I was surprised at how many injuries occurred during the course of the competition and how frequently I was required to go onto the field of play. Most of the injuries were minor, and the athletes were able to continue competing, though I was required to deal with a couple more serious injuries which unfortunately meant the end of the competition for the athletes involved. This is always a very difficult aspect of working in sport when so much hard work is lost in a moment.

The role also involved quite a bit of behind-the-scenes planning and organisation. As it was shift work I was often working with different people each day. The medical team consisted of a selection of doctors from various backgrounds, physiotherapists, sports massage practitioners and dentists. Each morning and afternoon, we gathered together to organise the day and practice how to deal with ‘worst case’ scenarios, including how to safely and efficiently remove an athlete from the field of play.

It was a great experience to meet and work with so many different professionals from all over the country, who normally work in completely different settings. I learnt all about the sport of fencing, including the 3 weapons, the rules associated with each weapon, equipment and technology, common fencing injuries and I even managed to grasp a little bit about tactics! Everyone involved was immensely friendly, eager to help and the competition ran very smoothly.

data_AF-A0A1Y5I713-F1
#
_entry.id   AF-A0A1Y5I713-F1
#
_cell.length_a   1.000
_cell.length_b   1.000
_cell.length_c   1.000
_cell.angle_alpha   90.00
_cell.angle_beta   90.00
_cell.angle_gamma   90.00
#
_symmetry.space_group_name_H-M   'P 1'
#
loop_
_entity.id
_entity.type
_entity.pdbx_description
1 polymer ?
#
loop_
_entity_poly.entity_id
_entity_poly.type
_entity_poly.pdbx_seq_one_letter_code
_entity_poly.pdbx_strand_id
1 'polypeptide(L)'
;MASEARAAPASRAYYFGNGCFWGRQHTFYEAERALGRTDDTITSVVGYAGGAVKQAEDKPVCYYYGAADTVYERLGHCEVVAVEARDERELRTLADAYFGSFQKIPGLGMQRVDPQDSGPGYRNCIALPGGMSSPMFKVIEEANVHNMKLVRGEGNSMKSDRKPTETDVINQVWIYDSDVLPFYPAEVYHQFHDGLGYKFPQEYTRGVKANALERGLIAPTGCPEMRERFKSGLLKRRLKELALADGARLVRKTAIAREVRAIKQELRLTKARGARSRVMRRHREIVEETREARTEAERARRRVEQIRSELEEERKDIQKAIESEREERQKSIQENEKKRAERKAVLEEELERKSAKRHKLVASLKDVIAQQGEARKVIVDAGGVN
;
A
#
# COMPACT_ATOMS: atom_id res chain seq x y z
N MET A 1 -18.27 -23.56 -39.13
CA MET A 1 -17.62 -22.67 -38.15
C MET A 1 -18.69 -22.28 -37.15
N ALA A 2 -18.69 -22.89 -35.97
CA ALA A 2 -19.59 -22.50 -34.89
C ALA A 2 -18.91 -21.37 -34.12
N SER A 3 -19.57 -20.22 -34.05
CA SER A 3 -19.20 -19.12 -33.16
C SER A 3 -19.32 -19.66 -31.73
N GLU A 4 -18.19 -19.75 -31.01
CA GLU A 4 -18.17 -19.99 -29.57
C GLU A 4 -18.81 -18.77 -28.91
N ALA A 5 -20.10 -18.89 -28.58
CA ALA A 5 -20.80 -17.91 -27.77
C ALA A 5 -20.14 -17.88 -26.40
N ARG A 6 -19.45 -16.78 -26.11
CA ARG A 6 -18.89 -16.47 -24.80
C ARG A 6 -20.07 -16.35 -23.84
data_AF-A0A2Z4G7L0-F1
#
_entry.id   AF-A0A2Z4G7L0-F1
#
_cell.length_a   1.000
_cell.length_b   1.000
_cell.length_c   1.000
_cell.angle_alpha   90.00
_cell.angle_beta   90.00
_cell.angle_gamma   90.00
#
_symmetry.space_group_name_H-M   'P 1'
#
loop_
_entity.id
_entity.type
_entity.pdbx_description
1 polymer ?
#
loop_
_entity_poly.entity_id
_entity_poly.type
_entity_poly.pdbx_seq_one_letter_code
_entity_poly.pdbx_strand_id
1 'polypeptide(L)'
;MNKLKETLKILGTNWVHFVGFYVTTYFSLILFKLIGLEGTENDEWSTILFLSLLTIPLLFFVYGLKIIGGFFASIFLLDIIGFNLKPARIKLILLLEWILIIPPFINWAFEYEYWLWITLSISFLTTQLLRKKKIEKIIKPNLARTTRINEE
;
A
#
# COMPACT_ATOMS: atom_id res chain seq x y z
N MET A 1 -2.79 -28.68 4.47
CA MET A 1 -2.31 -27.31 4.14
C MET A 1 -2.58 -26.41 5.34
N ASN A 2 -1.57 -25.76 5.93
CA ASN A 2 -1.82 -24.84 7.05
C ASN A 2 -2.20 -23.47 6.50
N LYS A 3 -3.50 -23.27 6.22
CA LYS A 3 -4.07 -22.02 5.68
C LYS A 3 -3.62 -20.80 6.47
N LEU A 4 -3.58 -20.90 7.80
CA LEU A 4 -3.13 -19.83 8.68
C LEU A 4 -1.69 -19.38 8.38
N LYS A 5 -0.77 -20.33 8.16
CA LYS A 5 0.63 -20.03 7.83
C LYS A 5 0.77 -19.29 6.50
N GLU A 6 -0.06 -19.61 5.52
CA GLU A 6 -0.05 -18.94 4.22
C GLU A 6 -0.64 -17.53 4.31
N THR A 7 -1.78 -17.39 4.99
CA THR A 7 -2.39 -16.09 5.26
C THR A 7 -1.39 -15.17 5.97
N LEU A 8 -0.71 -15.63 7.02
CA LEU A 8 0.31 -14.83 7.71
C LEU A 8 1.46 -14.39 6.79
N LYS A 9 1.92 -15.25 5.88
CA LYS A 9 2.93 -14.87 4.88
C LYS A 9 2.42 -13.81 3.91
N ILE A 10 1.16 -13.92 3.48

Overall, it was a fantastic experience which I will remember very fondly. I felt very proud to play a small part in the 2012 Olympic games, which I am sure will prove to have inspired a generation.

Our new website is finally finished


Sports Injury

We’re very happy to welcome you to our new website and blog. There have been several months of hard work in the making of this but we like it and hope that you do too.

You can also…

Like us on facebook: http://www.facebook.com/bodybalancephysio

Follow us on Twitter:  https://twitter.com/bodybalphysio

or even connect to us on LinkedIn http://www.linkedin.com/company/2529400?goback=%2Efcs_GLHD_bodybalance_false_*2_*2_*2_*2_*2_*2_*2_*2_*2_*2_*2_*2&trk=ncsrch_hits

Keep an eye out for regular blogs of interest about what is going on at Bodybalance as well as current affairs in the world of sport and sports medicine.

And please also take note that our clinic email has changed to:


IN BALANCE, Volume 1, Issue 1, Summer 2012

Bodybalance newsletter Summer 2012: The newsletter of Bodybalance Physiotherapy & Sports Injury Clinic.


  • Bodybalance and the upcoming Olympics
  • Our new logo and a new name for the North London clinic
  • Meet the admin team
  • Extended opening hours – evenings and weekends now covered.
  • All you need to know about the hamstring

Click on the link above to be taken to a pdf version of this newsletter

Welcome to our new blog

Welcome to Bodybalance Physiotherapy & Sports Injury Clinic.

We’ve decided to start a blog as part of our new website which we are creating to go with the planned rebranding of our clinic in North London.

Watch this space for more details.

Like us on facebook: www.facebook.com/bodybalancephysio

Follow us on twitter: @bodybalphysio https://twitter.com/bodybalphysio